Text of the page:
The Independent Film Channel (IFC) is best known as the cable broadcaster of uncensored and uninterrupted independent films. Along with their main competitor, the Sundance Channel, they have sought to bring the latest indie productions, as well their own original content, into the mainstream.

As far as web content goes, has kept the same approach. The selection of IFC’s online video, a fair amount of which is dedicated to original web series, is as eclectic as the movies on IFC–from the Australian comedy Wilfred featuring a man in a dog costume, to the darker, dramatic Four Eyed Monsters about the rocky relationship between two young filmmakers.

For the most part, you’ll find a fair representation of genres in the web series world. There’s Lunchbox, your standard video blog highlighting the latest in pop culture trends; R. Kelly’s hip-hopera project Trapped in the Closet, last year’s ridiculously epic 22-part drama about gangsters, midgets, old people, and the hilarity that ensues when their lives are thrown together; and Good Morning, Internet! which is as dull as Trapped in the Closet is absurd. It mocks morning news shows such as The Today Show, and although it gets a few laughs, after a couple of episodes it begins to feel more like a drawn out MadTV sketch rather than a full-blown series.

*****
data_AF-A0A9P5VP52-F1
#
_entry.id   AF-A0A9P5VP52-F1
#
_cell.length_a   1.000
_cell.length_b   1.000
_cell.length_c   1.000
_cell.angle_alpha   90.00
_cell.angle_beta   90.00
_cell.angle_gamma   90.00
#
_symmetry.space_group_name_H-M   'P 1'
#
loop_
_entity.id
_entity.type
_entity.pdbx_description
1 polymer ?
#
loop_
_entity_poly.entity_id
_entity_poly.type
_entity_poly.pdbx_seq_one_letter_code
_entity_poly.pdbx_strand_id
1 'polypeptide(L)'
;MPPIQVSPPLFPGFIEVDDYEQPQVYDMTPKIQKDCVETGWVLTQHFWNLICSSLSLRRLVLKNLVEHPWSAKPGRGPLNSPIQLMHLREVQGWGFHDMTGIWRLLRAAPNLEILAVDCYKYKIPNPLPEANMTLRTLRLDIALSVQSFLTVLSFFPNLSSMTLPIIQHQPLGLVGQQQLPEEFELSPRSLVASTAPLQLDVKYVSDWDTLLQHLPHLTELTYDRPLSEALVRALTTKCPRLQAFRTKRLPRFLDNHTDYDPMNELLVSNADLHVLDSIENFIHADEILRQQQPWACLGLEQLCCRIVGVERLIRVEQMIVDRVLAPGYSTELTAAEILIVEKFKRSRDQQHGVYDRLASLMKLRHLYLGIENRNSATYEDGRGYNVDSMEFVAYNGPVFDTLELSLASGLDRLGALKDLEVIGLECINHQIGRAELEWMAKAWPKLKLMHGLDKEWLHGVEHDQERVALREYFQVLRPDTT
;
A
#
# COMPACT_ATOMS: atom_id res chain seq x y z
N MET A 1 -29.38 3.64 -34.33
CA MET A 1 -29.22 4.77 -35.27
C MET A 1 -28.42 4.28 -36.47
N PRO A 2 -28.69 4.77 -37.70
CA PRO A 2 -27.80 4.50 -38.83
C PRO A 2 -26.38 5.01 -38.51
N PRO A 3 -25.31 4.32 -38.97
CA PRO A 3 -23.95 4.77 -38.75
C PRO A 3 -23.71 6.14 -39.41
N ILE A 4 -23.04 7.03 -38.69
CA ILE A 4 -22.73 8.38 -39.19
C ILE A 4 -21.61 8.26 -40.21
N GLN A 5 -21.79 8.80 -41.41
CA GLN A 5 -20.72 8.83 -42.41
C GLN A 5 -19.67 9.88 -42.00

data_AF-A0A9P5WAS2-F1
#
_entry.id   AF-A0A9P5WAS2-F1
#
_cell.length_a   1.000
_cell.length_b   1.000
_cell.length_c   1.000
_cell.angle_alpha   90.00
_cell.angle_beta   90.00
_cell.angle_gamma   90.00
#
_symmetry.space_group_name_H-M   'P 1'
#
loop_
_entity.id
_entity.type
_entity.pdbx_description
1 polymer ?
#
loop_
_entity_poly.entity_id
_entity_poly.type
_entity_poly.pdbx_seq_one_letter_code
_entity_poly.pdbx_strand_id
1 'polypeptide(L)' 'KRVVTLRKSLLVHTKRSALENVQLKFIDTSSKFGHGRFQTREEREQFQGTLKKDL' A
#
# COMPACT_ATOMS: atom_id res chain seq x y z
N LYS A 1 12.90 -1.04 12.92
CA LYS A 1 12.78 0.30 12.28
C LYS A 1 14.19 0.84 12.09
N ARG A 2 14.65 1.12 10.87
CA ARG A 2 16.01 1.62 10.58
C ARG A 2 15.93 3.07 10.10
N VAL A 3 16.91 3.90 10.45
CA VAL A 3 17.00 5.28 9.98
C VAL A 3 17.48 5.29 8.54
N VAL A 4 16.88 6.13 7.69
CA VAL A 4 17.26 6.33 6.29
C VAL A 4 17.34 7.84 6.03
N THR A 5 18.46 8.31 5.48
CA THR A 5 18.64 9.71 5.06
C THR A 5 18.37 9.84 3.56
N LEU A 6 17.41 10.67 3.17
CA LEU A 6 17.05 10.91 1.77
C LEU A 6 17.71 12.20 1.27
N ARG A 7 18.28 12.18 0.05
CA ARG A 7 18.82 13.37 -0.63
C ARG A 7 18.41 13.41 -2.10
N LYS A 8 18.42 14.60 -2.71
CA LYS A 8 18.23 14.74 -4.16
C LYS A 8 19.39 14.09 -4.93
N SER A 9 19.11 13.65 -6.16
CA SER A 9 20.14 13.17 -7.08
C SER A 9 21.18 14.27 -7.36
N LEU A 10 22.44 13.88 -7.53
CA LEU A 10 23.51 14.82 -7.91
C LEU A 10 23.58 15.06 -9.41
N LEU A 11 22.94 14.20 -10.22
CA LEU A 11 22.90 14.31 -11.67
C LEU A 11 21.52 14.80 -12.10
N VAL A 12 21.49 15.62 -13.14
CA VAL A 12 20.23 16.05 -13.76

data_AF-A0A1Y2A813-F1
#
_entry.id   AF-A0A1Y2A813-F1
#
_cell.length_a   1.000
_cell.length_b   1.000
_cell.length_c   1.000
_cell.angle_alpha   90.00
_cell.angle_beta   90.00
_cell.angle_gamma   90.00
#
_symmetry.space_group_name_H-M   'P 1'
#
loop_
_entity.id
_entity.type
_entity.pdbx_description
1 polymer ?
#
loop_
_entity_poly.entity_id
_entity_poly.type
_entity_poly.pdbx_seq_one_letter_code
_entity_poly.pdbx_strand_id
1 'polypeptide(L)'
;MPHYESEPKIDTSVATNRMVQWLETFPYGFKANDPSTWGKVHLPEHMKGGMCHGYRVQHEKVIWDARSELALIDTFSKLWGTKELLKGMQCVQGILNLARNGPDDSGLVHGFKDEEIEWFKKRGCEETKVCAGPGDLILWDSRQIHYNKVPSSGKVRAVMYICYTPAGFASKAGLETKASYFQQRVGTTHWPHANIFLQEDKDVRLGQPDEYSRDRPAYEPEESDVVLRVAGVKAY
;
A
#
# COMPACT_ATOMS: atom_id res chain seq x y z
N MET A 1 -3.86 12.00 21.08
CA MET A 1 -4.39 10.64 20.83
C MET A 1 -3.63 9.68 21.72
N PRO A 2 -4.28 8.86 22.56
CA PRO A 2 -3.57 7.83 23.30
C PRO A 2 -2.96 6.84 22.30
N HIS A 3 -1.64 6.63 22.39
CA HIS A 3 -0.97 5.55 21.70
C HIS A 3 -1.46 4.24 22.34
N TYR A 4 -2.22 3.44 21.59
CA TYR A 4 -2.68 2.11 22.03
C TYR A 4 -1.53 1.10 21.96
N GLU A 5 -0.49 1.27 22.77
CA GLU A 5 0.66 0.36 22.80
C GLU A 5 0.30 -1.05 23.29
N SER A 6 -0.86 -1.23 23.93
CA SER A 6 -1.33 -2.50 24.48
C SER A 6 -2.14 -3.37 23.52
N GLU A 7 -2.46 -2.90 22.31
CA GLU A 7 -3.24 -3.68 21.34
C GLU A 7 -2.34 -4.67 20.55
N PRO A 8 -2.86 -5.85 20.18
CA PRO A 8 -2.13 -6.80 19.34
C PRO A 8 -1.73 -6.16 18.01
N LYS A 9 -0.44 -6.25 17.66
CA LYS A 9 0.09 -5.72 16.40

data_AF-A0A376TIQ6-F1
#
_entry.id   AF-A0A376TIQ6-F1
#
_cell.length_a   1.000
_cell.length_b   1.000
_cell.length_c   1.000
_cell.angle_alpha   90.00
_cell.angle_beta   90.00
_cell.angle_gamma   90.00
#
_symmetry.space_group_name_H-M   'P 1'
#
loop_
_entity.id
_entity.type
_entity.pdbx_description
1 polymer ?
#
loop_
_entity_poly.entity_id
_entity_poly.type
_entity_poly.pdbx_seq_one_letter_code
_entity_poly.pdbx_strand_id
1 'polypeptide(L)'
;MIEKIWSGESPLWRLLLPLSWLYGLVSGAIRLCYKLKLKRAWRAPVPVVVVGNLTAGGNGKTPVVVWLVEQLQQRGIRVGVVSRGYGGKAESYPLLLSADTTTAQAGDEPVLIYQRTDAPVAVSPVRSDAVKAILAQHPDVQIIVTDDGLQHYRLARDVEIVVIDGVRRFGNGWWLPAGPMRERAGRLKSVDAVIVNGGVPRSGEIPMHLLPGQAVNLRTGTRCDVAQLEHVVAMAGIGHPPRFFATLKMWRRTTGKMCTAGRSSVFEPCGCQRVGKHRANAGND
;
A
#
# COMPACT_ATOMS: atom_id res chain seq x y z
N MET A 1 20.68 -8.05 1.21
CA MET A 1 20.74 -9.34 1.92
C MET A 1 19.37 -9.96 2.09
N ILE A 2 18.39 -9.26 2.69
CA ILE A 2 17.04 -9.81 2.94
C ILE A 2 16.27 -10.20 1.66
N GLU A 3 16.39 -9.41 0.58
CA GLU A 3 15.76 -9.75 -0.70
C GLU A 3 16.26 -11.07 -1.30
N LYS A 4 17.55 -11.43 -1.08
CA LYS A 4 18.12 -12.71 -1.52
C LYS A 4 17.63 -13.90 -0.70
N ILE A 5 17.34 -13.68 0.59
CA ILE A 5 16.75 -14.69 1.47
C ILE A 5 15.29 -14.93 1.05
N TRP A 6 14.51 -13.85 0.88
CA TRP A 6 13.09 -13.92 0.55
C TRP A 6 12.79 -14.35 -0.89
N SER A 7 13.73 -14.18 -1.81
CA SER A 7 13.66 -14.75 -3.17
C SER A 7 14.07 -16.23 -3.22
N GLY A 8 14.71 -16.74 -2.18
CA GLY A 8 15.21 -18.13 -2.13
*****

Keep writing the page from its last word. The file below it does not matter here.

However the two most intriguing shows on IFC are Getting Away with Murder and Young American Bodies, although for very different reasons.

Getting Away with Murder, from creative team Test Pattern (Hot Hot Los Angeles, Party Animals), tells the story of a hit man living at home with his over-bearing mother and struggling to have a love life. It’s an original idea, and while it’s not the funniest show on IFC, it stands out for its production value. When watching it, you can’t help but admire how professional it looks. If one of these shows had to be broadcast on network television, I think the public would be most likely to tune in to this show.

Young American Bodies is an edgy new series (via that tells the story of six twenty-somethings and their love lives. The concept itself is overdone, but its edginess comes from its raw portrayal of sexuality; YAB shows the most nudity of any web show I’ve seen, and even though I greatly respect their attempt to push the boundaries of web content, at times it comes across as forced.

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